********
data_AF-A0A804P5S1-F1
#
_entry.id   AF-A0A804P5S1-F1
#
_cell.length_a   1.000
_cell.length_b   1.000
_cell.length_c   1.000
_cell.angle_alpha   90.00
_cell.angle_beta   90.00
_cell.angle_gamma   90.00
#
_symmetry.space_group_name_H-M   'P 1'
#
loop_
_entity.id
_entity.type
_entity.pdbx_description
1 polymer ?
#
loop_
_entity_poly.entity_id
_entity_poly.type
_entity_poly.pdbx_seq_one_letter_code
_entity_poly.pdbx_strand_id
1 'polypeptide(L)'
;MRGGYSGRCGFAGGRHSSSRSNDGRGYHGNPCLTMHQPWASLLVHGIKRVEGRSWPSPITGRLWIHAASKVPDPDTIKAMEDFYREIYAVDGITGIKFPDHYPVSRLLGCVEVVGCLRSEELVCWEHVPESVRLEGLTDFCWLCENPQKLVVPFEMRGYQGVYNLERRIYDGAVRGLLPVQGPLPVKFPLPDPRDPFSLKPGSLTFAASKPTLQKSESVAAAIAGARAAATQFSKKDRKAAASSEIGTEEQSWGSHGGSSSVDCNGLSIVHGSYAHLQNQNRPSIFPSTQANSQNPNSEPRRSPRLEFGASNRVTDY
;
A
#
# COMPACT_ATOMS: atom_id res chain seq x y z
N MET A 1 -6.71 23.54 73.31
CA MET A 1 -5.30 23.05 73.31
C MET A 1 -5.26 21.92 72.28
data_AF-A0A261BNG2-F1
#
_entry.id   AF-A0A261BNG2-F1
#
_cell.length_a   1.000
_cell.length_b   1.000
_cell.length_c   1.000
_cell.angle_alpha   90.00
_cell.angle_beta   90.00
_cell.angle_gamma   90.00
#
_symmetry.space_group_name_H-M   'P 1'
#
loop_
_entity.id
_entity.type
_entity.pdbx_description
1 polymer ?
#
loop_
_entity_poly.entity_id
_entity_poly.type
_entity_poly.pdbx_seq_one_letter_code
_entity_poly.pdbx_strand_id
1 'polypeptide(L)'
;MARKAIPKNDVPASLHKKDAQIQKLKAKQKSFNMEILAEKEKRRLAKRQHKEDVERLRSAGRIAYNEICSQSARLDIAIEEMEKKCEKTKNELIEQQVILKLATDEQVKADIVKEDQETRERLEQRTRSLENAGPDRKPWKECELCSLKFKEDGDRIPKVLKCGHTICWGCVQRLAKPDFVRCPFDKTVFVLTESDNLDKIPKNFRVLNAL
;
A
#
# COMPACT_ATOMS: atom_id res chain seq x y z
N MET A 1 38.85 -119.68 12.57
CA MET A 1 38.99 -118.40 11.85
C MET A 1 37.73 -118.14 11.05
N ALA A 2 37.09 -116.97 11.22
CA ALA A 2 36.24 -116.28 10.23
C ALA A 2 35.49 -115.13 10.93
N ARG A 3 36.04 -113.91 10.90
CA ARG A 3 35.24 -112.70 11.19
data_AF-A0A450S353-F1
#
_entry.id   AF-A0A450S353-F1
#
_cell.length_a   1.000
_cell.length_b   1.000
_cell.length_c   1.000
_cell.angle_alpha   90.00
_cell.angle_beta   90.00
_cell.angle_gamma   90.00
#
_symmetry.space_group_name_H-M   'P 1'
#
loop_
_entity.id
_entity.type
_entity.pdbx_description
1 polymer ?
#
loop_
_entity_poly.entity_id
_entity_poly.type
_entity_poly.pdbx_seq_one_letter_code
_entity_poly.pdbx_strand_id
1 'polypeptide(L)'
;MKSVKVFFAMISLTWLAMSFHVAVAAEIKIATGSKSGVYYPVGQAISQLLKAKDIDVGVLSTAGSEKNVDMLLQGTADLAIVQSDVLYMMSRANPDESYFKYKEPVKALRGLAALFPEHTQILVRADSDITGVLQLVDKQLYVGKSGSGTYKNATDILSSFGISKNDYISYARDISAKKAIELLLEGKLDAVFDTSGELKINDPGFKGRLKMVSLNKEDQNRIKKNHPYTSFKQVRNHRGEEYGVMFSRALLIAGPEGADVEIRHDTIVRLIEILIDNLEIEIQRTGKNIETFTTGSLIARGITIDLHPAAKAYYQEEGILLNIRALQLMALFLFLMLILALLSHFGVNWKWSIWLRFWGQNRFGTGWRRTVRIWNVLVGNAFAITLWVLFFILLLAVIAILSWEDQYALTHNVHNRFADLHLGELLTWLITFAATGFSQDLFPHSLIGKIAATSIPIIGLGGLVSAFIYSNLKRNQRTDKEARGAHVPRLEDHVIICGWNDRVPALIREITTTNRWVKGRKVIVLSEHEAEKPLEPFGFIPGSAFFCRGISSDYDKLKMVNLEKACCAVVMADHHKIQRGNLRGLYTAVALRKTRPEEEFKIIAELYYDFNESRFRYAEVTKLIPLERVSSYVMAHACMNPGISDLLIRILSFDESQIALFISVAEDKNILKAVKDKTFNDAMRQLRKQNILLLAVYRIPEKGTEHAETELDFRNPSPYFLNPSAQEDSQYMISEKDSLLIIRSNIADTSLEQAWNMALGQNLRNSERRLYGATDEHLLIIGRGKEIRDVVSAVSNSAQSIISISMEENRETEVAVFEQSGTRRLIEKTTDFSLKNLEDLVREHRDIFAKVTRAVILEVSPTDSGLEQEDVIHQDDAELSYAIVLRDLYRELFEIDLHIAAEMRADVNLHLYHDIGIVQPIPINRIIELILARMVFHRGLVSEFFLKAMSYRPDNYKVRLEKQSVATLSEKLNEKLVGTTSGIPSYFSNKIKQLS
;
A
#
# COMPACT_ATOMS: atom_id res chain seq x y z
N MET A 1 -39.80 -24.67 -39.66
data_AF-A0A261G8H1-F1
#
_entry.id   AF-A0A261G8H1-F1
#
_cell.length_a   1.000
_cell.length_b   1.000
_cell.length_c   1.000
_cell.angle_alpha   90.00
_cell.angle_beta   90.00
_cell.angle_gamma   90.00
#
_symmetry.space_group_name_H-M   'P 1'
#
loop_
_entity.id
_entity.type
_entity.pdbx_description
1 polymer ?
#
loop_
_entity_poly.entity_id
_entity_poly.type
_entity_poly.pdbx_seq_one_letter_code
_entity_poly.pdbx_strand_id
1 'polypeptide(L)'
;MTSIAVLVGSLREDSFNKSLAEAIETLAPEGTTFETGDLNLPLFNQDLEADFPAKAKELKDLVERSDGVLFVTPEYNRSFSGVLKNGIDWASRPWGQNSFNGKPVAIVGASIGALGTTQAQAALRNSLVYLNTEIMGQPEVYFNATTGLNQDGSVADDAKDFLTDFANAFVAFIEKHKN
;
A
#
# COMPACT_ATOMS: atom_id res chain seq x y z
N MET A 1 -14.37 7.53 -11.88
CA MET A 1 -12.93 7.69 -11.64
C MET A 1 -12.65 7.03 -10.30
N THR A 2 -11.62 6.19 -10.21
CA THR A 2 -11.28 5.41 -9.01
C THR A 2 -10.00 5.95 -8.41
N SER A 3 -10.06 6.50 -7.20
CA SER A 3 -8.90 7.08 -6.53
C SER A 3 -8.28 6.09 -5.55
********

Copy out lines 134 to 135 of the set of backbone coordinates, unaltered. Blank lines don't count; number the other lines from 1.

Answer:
CA MET A 1 -12.93 7.69 -11.64
C MET A 1 -12.65 7.03 -10.30